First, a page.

If you have bipolar disorder, someone has said at least one of these things to you. If you know someone who has this illness, you may be guilty of saying one or more of them. Hearing them can be painful, infuriating, depressing - even destructive - to your bipolar family member, friend, co-worker or acquaintance. Saying them, I assure you, is NOT going to be helpful.
- "You're just overreacting again." Well yes, I am. Overreacting is a symptom of bipolar disorder. Hearing harsh words that would be painful to anyone, I may well respond with extreme anger or dark depression. Even a sad movie can make a person with bipolar disorder overreact, and so can a lot of other things. But I'm not "just" overreacting, and it's not as if I can always take a deep breath and stop it. My illness can make that very difficult.
Here's an example. When my boyfriend, who had already seen the movie, took me to see E.T., I started crying almost at the beginning. He leaned over and whispered to me, "I knew you were going to cry, but I didn't think it would be at the opening credits!" Trying to keep my voice down but feeling destroyed already, I replied, "He's so little! And he's lost!" (In case you haven't seen the movie, I highly recommend it. See E.T - The Extraterrestrial for information, including the trailer, and if you're interested in purchasing the video or DVD, you can compare prices here.)
- "Anything that doesn't kill you makes you stronger." That's always garbage, no matter what you're talking about. Yes, it's true that some people who learn from bitter experiences can come out of it stronger. BUT - would you want to hear that while your child was seriously ill, or just after being fired? Would you say it to a mother with ten starving children in a country torn by war? Then why are you saying it to someone with an illness where 20% of patients attempt suicide? Bipolar disorder can kill. Don't forget that.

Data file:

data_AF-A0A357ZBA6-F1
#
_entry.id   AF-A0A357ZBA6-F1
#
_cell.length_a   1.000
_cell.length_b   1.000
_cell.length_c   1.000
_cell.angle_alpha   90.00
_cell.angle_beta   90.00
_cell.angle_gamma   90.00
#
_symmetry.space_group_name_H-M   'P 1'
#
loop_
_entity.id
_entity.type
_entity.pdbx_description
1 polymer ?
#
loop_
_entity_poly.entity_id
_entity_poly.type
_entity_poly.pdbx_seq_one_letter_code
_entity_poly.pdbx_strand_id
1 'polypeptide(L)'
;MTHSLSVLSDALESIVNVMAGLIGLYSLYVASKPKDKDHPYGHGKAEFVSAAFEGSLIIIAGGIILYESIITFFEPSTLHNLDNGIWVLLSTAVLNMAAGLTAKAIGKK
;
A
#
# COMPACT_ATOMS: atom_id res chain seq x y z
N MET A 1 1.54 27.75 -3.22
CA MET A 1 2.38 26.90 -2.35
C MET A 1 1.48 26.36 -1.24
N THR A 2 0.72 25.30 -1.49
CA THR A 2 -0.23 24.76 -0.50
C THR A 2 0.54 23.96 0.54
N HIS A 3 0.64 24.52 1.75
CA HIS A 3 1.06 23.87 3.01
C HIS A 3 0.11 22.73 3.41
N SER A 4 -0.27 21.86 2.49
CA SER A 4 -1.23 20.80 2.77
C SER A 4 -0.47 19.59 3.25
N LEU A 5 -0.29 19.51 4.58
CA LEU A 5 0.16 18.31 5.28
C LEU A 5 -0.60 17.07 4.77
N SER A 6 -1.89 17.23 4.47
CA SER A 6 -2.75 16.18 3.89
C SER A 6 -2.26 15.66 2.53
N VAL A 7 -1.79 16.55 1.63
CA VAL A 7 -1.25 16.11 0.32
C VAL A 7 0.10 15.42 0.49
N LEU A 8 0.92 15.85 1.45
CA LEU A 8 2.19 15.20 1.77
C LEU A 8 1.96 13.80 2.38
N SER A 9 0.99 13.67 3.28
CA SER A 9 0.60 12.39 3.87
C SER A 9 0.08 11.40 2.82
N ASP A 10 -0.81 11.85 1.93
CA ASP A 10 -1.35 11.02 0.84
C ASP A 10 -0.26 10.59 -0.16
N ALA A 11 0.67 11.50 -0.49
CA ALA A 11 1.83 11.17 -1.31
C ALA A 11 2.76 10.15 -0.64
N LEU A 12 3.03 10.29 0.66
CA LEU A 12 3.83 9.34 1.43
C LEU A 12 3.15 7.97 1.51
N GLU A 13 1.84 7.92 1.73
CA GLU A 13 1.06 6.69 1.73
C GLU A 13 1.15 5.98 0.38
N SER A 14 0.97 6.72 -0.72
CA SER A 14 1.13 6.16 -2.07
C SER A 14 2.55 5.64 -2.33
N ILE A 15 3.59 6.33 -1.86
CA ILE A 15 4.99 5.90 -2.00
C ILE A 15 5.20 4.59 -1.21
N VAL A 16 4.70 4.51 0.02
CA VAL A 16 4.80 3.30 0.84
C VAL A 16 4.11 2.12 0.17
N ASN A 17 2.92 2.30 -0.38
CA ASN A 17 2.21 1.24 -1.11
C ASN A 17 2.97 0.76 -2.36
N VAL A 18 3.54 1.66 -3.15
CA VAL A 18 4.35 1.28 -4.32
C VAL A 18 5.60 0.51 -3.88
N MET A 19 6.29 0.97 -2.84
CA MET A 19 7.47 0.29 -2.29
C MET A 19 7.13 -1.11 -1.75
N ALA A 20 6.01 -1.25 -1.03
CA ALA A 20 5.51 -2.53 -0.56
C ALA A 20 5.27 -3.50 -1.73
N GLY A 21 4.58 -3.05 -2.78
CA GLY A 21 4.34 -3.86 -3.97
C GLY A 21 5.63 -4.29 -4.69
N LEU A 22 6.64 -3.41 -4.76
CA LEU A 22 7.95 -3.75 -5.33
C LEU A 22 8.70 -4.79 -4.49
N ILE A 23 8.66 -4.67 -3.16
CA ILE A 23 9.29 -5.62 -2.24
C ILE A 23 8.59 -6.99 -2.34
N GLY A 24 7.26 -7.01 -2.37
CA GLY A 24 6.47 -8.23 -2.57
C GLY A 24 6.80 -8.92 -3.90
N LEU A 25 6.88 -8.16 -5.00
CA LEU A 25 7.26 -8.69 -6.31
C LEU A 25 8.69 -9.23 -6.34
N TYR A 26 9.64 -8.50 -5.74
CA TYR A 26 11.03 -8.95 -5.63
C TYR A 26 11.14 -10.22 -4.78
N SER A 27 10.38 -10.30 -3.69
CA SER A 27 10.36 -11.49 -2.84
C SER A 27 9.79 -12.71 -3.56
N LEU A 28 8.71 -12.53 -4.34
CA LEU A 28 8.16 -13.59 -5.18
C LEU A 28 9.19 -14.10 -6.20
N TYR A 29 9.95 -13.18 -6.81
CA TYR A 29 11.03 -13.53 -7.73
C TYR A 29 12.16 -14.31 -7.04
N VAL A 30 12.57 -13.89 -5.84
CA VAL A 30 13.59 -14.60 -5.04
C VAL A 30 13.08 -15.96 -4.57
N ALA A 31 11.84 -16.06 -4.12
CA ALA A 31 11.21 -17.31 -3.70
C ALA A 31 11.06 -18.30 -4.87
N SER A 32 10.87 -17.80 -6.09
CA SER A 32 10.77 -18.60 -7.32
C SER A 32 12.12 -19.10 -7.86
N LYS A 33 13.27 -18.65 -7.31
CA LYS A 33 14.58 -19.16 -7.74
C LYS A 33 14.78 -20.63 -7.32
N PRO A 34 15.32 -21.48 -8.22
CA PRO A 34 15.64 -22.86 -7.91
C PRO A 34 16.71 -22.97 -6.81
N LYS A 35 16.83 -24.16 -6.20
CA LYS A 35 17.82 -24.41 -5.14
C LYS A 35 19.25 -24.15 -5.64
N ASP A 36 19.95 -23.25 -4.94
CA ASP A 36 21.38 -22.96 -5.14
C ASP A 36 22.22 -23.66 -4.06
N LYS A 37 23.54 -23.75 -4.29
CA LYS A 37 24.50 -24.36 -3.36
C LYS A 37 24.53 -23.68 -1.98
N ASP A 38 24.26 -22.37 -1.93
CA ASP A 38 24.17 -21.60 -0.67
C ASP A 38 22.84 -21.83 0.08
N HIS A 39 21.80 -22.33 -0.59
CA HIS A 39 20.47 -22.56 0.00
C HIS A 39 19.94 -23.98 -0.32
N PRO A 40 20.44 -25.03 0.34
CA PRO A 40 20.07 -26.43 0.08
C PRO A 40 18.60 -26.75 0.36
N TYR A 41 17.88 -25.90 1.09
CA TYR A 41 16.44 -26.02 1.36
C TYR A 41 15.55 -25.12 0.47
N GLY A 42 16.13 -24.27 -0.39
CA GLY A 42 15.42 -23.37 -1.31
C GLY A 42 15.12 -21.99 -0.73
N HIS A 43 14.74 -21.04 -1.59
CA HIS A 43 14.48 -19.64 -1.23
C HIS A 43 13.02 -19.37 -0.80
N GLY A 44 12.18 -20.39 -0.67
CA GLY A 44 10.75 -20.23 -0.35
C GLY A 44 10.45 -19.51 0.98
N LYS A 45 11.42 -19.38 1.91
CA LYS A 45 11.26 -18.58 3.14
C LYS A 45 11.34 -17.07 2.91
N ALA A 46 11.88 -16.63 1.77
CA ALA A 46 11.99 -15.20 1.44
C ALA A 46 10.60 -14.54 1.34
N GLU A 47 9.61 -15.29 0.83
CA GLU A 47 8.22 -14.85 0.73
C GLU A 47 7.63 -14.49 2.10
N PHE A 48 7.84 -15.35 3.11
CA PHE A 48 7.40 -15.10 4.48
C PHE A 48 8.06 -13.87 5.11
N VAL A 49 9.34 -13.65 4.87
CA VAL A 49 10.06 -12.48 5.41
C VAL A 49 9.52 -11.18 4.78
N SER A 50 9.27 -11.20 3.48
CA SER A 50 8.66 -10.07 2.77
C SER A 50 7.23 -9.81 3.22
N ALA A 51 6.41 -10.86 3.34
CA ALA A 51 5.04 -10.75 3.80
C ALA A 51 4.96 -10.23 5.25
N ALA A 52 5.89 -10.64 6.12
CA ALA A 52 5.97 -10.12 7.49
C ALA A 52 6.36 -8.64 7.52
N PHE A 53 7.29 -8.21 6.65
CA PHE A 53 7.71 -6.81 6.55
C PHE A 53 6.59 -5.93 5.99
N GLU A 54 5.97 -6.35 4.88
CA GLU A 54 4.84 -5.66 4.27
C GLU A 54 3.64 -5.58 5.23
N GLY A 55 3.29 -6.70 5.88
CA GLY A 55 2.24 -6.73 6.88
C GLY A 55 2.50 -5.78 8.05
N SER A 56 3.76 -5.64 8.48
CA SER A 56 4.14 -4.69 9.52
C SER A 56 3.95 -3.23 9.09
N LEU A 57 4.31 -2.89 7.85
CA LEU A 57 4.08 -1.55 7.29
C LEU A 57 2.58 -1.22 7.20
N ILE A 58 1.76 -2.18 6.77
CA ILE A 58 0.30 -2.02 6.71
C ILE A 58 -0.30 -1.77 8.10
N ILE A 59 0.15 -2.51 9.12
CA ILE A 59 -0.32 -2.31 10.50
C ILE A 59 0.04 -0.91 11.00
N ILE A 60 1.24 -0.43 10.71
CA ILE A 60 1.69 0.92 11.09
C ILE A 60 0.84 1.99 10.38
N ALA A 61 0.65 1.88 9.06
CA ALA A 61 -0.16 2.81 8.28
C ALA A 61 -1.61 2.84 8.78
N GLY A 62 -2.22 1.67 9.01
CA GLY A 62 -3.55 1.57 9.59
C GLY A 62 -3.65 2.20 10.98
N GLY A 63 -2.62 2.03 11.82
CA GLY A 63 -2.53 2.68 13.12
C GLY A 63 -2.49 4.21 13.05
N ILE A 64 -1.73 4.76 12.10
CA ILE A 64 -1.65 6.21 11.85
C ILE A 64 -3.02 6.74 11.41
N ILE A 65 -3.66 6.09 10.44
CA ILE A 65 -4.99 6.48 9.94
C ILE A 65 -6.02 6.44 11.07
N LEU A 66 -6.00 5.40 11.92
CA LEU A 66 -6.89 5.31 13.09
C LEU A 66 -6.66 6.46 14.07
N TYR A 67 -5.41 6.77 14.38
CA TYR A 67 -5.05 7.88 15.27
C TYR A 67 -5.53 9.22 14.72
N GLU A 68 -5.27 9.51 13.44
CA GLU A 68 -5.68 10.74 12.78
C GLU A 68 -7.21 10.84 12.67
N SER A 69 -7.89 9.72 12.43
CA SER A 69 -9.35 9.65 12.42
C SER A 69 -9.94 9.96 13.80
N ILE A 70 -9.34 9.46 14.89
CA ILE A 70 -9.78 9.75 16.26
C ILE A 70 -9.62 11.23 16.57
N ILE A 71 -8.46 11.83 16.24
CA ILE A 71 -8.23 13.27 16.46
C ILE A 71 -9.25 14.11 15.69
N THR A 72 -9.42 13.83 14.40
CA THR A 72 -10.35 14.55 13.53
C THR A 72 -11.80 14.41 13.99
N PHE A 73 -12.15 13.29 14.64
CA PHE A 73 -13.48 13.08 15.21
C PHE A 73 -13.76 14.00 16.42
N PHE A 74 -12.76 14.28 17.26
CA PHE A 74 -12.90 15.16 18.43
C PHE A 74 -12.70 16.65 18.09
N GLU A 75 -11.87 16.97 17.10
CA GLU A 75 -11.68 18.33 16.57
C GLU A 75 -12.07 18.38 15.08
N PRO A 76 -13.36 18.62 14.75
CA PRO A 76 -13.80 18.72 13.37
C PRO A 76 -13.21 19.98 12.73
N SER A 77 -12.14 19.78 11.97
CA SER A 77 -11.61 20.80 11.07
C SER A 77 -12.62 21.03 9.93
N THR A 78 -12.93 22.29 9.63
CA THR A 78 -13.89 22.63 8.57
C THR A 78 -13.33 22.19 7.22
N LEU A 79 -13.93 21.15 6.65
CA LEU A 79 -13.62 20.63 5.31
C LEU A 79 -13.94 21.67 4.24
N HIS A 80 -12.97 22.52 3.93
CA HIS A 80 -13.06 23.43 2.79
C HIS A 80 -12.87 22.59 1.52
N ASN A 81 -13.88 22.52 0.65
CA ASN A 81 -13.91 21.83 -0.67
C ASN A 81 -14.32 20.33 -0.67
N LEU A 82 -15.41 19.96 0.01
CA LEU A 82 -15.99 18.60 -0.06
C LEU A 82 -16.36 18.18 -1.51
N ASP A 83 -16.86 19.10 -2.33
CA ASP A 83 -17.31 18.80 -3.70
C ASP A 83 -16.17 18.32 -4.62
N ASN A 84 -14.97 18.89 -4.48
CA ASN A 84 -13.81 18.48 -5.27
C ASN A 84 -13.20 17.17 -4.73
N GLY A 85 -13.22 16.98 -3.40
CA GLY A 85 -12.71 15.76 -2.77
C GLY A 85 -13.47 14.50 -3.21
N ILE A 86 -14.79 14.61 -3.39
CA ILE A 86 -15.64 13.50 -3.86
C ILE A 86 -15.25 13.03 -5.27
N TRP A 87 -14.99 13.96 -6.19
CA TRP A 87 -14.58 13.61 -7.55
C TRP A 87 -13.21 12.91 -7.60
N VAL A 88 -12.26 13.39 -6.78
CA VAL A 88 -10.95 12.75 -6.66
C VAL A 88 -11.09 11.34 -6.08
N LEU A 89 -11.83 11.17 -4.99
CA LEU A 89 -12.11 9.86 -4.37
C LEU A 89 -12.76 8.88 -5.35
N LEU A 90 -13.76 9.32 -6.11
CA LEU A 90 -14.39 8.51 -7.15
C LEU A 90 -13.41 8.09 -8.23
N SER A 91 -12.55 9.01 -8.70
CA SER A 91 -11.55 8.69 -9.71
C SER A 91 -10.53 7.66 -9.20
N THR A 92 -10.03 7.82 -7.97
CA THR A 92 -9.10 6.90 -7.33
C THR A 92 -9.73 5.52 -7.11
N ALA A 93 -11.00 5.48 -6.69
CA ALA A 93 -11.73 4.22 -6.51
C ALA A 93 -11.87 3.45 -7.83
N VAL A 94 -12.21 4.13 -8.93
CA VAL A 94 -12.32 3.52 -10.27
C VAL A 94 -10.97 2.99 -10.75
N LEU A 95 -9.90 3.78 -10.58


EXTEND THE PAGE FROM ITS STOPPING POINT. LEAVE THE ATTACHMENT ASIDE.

- "Everybody has mood swings sometimes." That's true. For one thing, 8% of American adults and 4% of adolescents have Major Depressive Disorder, having periods of euthymia and depression. And of course, even among those who do not have a diagnosable disorder that has mood swings, people have changes in mood. These are usually the result of changes in health or circumstances.
- "You are psycho." Or it might be "you are nuts," or crazy, cuckoo, deranged, bonkers, or any one of a dozen negative words that range from meaning as little as "silly (cuckoo)" to as bad as "completely unable to think clearly or behave properly (deranged)." Other phrases are things like "you're out of your head," or "you're off your rocker."
How much saying something like this is going to be a problem mostly depends on how it's said. I could tell a friend that I'm going to dig up a new 8x16 foot garden bed in one day. If my friend says, "Are you crazy?" it only means she thinks I've decided to do something I can't possibly complete in a single day (and she'd be right). But if I'm in an agitated depression and she says, "You're crazy!", the negativity is almost palpable.
- "Isn't that what serial killers have?" Actually, no, it isn't. A serial killer is far more likely to have Antisocial Personality Disorder and/or be psychopathic. (There are differences of opinion in the psychiatric community about these terms.) Bipolar disorder has been found not to be a common trait among people who fit the criteria for serial killers.
- "Everyone is a little bipolar sometimes." See "Everyone has mood swings sometimes" above.
- "I wish I was manic so I could get things done!" If you think that's all there is to mania, you are seriously uneducated, and you need to read Symptoms of Mania right away. The immediate retort that comes to my mind for this one is, "I wish you were manic, too, so you could finally understand what I'm going through!"
- "You're acting like a maniac!" Related to "You are psycho" above, this one is extremely offensive. Try reading Mania, Manic, Maniac to set yourself straight.
- "But you seem so normal!" Yes, maybe I do. Maybe I'm between, or maybe I'm good at hiding what I'm feeling. Or it might be that I'm in a hypomanic episode and only the good things about it are visible at the moment (see What Is Hypomania?). But suppose you have cancer or diabetes or Crohn's disease. How would you feel if I said, "You can't be sick, you look so normal!" I'm willing to wager than you'd be angry, too.
- "It must be your time of the month." Want to make a bipolar woman incensed? Say this to her. Better yet, don't. While it's true that monthly hormonal changes may affect mood, passing it off as being nothing more than PMS is just - wrong. Get your facts straight.
Depression Out of the Shadows: Statistics. From PBS.